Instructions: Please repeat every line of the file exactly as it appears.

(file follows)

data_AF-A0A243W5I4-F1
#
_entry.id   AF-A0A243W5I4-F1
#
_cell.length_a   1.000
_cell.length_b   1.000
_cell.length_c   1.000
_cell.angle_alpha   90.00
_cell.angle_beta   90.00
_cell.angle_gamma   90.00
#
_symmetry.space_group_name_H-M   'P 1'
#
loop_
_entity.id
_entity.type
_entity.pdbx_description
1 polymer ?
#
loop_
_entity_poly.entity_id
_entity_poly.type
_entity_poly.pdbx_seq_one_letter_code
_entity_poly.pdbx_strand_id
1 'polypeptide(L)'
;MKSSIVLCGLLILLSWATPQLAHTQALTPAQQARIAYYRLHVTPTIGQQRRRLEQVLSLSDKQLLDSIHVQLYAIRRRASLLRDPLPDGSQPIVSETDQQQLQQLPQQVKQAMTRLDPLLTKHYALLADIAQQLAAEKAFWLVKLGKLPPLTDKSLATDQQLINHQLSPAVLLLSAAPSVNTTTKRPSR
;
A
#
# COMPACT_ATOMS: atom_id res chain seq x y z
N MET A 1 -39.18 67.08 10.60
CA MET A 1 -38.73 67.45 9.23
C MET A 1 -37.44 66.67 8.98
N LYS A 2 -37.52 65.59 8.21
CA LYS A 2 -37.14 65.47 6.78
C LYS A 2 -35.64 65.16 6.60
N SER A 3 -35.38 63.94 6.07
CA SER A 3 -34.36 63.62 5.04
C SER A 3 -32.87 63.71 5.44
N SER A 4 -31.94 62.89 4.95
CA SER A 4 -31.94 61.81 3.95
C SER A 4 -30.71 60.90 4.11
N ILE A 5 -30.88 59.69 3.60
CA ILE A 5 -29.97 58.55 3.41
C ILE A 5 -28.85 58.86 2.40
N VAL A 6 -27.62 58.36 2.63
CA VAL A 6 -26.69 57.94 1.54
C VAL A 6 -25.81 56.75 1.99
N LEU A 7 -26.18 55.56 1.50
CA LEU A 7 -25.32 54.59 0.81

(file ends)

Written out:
data_AF-A0A243W5I4-F1
#
_entry.id   AF-A0A243W5I4-F1
#
_cell.length_a   1.000
_cell.length_b   1.000
_cell.length_c   1.000
_cell.angle_alpha   90.00
_cell.angle_beta   90.00
_cell.angle_gamma   90.00
#
_symmetry.space_group_name_H-M   'P 1'
#
loop_
_entity.id
_entity.type
_entity.pdbx_description
1 polymer ?
#
loop_
_entity_poly.entity_id
_entity_poly.type
_entity_poly.pdbx_seq_one_letter_code
_entity_poly.pdbx_strand_id
1 'polypeptide(L)'
;MKSSIVLCGLLILLSWATPQLAHTQALTPAQQARIAYYRLHVTPTIGQQRRRLEQVLSLSDKQLLDSIHVQLYAIRRRASLLRDPLPDGSQPIVSETDQQQLQQLPQQVKQAMTRLDPLLTKHYALLADIAQQLAAEKAFWLVKLGKLPPLTDKSLATDQQLINHQLSPAVLLLSAAPSVNTTTKRPSR
;
A
#
# COMPACT_ATOMS: atom_id res chain seq x y z
N MET A 1 -39.18 67.08 10.60
CA MET A 1 -38.73 67.45 9.23
C MET A 1 -37.44 66.67 8.98
N LYS A 2 -37.52 65.59 8.21
CA LYS A 2 -37.14 65.47 6.78
C LYS A 2 -35.64 65.16 6.60
N SER A 3 -35.38 63.94 6.07
CA SER A 3 -34.36 63.62 5.04
C SER A 3 -32.87 63.71 5.44
N SER A 4 -31.94 62.89 4.95
CA SER A 4 -31.94 61.81 3.95
C SER A 4 -30.71 60.90 4.11
N ILE A 5 -30.88 59.69 3.60
CA ILE A 5 -29.97 58.55 3.41
C ILE A 5 -28.85 58.86 2.40
N VAL A 6 -27.62 58.36 2.63
CA VAL A 6 -26.69 57.94 1.54
C VAL A 6 -25.81 56.75 1.99
N LEU A 7 -26.18 55.56 1.50
CA LEU A 7 -25.32 54.59 0.81